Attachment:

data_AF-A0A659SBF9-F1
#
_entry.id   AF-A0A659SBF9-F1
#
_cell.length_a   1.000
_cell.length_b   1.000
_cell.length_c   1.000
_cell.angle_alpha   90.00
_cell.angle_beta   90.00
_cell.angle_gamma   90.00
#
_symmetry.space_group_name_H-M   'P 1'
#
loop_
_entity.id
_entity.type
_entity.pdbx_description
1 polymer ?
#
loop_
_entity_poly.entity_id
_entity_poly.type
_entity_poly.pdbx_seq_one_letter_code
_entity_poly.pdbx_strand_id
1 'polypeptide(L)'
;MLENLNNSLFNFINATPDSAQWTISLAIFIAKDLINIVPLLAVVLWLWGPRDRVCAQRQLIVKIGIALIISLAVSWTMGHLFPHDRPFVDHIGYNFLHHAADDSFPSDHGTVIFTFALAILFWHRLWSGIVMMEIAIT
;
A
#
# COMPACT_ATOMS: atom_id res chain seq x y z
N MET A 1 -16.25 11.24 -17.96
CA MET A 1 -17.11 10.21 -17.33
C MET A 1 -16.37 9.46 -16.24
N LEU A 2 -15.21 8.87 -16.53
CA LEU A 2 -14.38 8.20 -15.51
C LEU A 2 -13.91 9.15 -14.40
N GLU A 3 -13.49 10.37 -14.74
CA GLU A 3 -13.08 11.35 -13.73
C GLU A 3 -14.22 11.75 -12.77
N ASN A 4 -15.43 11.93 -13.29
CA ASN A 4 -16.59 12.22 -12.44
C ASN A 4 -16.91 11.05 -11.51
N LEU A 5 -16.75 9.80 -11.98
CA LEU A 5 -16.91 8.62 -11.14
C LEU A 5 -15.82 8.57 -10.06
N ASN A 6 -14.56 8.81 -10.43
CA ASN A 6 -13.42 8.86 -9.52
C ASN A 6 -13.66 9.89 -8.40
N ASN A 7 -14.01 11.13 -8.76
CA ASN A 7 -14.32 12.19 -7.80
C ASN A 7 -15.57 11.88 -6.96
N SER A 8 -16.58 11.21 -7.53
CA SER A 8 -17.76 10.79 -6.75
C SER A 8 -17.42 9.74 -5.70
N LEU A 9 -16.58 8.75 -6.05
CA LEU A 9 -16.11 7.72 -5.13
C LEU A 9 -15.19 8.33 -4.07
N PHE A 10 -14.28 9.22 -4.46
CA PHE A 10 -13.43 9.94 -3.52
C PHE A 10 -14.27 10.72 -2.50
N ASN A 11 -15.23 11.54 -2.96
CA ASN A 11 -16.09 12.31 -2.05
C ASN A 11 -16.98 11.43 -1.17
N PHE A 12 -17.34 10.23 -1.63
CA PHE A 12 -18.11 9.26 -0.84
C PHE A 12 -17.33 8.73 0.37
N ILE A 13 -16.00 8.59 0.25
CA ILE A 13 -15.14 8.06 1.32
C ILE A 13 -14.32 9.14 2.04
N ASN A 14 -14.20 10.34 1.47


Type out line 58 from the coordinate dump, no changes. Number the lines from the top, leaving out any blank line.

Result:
N PHE A 10 -14.28 9.22 -4.46